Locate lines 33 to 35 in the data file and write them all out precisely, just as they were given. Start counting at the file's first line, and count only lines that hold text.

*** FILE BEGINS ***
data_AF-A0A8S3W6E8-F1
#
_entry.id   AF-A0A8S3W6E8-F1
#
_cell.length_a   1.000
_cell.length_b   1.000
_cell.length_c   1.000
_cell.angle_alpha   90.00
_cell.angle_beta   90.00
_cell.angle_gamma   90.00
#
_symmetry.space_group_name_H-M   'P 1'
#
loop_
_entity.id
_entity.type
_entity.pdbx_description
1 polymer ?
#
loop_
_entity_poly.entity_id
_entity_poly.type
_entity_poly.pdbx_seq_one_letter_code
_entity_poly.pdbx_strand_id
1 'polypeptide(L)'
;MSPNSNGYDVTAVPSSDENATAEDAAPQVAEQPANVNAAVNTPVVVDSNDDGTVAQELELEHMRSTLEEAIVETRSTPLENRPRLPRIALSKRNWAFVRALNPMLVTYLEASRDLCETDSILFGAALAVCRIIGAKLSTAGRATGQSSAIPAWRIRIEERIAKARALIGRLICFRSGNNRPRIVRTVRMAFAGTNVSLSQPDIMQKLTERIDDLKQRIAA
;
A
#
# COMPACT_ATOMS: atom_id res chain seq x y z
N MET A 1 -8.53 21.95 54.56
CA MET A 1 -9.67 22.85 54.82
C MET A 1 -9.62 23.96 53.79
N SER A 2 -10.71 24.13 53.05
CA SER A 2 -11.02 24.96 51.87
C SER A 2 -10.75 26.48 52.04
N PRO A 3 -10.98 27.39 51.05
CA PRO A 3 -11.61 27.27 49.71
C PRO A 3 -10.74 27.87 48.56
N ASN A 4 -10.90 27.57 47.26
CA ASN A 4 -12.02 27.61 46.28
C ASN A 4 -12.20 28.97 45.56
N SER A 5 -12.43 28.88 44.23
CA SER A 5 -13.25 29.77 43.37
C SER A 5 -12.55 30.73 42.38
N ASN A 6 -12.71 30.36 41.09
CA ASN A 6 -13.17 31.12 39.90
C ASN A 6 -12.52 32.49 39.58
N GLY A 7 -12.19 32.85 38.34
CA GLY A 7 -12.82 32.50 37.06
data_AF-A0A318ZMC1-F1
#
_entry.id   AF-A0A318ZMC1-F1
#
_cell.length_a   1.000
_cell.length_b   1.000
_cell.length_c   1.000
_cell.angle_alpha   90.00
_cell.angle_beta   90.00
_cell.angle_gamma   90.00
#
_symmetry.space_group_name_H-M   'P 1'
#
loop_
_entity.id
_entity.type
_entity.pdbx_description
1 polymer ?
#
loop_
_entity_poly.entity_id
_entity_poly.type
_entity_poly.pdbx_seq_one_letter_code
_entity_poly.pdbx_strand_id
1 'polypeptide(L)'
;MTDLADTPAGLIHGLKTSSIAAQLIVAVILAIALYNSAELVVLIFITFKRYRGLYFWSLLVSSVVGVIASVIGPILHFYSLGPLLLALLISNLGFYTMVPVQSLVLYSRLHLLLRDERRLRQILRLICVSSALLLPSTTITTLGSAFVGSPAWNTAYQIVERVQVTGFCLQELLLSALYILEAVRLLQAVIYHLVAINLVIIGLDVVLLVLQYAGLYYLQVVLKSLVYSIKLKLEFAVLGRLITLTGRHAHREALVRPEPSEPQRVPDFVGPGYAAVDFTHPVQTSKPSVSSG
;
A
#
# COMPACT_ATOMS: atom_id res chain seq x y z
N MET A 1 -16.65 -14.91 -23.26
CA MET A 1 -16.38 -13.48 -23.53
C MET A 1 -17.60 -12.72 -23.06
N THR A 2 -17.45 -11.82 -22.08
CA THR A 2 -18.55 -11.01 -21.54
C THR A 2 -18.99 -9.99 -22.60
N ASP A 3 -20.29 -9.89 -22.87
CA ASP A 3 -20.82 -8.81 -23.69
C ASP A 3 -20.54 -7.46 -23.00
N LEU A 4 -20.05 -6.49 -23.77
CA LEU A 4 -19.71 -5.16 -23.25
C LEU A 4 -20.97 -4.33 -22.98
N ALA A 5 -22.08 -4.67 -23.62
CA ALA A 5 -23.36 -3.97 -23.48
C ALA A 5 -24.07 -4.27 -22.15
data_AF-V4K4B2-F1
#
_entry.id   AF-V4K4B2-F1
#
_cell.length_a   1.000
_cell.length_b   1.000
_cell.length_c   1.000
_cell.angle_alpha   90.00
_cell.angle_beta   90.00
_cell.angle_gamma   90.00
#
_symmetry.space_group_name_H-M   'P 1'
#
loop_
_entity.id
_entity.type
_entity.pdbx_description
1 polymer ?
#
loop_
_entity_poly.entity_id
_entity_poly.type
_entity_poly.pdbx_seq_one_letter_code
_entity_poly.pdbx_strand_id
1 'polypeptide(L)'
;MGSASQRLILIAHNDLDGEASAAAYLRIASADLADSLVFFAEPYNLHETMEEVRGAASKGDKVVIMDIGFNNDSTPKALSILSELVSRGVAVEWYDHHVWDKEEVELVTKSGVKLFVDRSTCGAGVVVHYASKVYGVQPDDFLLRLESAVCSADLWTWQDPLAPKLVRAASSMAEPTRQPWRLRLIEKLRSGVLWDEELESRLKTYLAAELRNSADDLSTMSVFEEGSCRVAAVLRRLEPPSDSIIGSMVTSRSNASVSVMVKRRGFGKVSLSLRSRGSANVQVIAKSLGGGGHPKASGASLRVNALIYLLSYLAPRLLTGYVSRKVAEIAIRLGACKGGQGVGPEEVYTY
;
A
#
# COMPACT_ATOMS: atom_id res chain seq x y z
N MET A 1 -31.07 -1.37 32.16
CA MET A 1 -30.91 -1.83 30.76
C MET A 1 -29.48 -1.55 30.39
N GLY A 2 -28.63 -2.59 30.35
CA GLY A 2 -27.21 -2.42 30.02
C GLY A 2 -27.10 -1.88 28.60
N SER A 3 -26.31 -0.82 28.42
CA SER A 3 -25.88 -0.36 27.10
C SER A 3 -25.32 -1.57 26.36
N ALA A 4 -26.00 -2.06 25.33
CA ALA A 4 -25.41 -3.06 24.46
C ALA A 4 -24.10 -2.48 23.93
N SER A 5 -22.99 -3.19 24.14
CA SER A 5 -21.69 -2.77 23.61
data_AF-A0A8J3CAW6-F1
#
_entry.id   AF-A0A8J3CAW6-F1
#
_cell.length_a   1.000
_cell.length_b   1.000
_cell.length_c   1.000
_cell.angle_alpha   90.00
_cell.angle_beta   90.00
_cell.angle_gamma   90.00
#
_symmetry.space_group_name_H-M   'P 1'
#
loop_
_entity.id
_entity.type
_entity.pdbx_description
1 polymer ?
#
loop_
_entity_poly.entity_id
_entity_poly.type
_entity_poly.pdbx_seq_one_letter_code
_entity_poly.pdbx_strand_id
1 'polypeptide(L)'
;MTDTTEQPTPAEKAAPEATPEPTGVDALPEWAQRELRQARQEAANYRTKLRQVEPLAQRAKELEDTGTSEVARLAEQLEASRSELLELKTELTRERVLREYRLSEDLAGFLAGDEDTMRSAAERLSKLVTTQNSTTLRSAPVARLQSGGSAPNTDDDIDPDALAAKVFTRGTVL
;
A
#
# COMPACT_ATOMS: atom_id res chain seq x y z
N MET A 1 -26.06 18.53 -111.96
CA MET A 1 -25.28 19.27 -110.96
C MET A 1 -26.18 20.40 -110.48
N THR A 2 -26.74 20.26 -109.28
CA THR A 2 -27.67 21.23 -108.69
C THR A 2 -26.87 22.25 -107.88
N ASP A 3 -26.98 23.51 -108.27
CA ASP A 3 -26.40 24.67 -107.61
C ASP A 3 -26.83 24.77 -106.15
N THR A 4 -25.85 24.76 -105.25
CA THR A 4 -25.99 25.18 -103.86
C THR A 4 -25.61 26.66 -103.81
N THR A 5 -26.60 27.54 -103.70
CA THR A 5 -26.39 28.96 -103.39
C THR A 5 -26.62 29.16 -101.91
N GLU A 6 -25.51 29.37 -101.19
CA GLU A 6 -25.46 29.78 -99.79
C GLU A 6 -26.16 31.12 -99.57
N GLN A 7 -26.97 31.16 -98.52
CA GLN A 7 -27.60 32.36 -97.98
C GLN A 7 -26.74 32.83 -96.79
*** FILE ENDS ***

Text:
C MET A 1 -9.62 23.96 53.79
N SER A 2 -10.71 24.13 53.05
CA SER A 2 -11.02 24.96 51.87